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Mona at the Piano. The Children of Willesden Lane. Image Provided by The Jewish Federation of Omaha.

Mona at the Piano. The Children of Willesden Lane. Image Provided by The Jewish Federation of Omaha.

By Gabriel Escalera

An Evening with Mona Golabek

March 25th, 2024

Since as early as 1856, Jewish immigrants have been an integral part of Nebraska’s cultural tapestry, bringing with them their rich traditions and aspirations for a better life. The formation of the Congregation of Israel in 1868 marked the genesis of organized Jewish community life in Nebraska. However, it was a second wave of immigrants in 1882 that truly cemented the foundation of what would become the vibrant Jewish community in Omaha today.

One of the driving forces behind preserving and celebrating this heritage is Pam Monsky, the Assistant Director of the Jewish Community Relations Council at the Jewish Federation of Omaha. Monsky sees the Federation as more than just an administrative body; rather, it serves as a bridge connecting the Jewish community with others, fostering understanding and collaboration.

Recently, Monsky stumbled upon a profound literary work that captured her attention: “The Children of Willesden Lane.” This book tells the poignant story of a young Jewish woman named Lisa Jura, who narrowly escaped the horrors of the Holocaust. Despite the immense challenges she faced, Jura clung to her dream of becoming a concert classical pianist, a testament to the resilience of the human spirit in the face of adversity.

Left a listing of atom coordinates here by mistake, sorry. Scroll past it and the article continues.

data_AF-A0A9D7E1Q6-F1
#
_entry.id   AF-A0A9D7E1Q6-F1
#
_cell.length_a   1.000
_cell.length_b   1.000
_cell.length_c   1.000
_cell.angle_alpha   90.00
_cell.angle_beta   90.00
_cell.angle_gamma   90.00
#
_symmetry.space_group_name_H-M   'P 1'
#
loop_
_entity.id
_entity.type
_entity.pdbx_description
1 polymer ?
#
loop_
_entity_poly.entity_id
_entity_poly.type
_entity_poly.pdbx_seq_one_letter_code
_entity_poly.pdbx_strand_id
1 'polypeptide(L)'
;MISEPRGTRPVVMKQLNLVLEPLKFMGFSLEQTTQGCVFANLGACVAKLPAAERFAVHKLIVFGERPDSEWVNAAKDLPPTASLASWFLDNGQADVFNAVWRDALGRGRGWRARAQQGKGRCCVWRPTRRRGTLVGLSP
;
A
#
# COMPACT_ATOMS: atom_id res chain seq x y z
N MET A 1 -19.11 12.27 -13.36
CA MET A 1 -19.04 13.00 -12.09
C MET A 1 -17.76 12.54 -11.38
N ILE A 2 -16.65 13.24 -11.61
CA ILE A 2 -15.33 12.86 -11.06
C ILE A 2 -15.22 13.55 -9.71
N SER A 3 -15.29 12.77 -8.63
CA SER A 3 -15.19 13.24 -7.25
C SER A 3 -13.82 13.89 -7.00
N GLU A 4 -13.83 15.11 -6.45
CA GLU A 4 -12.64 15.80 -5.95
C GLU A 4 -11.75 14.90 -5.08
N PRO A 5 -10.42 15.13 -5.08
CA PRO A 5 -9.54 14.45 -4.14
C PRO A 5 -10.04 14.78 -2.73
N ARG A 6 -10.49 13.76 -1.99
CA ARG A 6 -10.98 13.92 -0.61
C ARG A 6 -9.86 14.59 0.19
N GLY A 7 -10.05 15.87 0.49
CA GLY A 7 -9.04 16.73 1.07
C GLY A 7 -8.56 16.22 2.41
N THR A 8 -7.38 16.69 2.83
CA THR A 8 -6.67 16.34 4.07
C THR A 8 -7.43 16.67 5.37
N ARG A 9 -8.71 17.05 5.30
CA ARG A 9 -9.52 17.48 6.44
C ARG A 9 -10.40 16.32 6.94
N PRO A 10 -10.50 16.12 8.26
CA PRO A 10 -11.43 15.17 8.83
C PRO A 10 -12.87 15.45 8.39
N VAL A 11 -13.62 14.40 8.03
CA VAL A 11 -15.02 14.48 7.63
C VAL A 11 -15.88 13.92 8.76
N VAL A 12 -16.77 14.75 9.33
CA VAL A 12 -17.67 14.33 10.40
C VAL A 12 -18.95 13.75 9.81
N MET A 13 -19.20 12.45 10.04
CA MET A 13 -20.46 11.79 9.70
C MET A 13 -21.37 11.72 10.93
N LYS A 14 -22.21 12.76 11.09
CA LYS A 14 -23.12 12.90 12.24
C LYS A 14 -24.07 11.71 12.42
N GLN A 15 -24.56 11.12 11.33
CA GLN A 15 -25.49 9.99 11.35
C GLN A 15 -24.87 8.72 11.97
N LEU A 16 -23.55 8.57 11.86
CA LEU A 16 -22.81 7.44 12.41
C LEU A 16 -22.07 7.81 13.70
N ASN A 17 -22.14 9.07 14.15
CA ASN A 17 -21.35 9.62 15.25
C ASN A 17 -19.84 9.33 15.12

Mona Golabek, the founder of the “Hold On To Your Music Foundation,” shares a deeply personal connection to Jura’s story. As a celebrated concert pianist herself, Golabek not only honors her mother’s legacy but also endeavors to preserve the memory of those who perished in the Holocaust. In collaboration with the Jewish Federation of Omaha, Golabek will share her mother’s remarkable journey and educate communities about the enduring lessons of the Holocaust.

Scott Littky, Executive Director of the Institute for Holocaust Education, underscores the importance of such programs in preserving collective memory. He emphasizes that as time passes, historical events risk fading into obscurity, making it imperative to actively engage with and learn from the past.

An Evening with Pianist Mona Golabek, featuring “The Children of Willesden Lane,” promises to be a moving and enlightening experience. Taking place on Thursday, March 28th, at the Holland Center, the event welcomes attendees aged 12 and older to witness the power of music and storytelling in honoring the resilience of the human spirit.

For more information, you can visit: An Evening with Mona Golabek